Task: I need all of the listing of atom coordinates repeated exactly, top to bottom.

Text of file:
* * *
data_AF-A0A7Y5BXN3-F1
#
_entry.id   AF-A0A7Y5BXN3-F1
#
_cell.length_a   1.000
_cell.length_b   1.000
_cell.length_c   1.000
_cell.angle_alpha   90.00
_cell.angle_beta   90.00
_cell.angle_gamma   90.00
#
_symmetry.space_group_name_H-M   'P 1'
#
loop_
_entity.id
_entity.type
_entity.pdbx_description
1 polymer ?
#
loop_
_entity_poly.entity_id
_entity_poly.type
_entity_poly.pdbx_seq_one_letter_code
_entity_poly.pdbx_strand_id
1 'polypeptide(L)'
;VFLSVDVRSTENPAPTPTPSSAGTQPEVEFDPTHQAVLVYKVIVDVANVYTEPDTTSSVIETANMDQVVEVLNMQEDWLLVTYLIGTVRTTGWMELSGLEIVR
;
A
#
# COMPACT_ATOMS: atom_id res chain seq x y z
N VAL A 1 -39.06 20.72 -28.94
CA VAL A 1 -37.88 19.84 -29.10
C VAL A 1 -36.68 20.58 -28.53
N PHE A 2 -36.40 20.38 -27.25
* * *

data_AF-A0A7Y5BXN3-F1
#
_entry.id   AF-A0A7Y5BXN3-F1
#
_cell.length_a   1.000
_cell.length_b   1.000
_cell.length_c   1.000
_cell.angle_alpha   90.00
_cell.angle_beta   90.00
_cell.angle_gamma   90.00
#
_symmetry.space_group_name_H-M   'P 1'
#
loop_
_entity.id
_entity.type
_entity.pdbx_description
1 polymer ?
#
loop_
_entity_poly.entity_id
_entity_poly.type
_entity_poly.pdbx_seq_one_letter_code
_entity_poly.pdbx_strand_id
1 'polypeptide(L)'
;VFLSVDVRSTENPAPTPTPSSAGTQPEVEFDPTHQAVLVYKVIVDVANVYTEPDTTSSVIETANMDQVVEVLNMQEDWLLVTYLIGTVRTTGWMELSGLEIVR
;
A
#
# COMPACT_ATOMS: atom_id res chain seq x y z
N VAL A 1 -39.06 20.72 -28.94
CA VAL A 1 -37.88 19.84 -29.10
C VAL A 1 -36.68 20.58 -28.53
N PHE A 2 -36.40 20.38 -27.25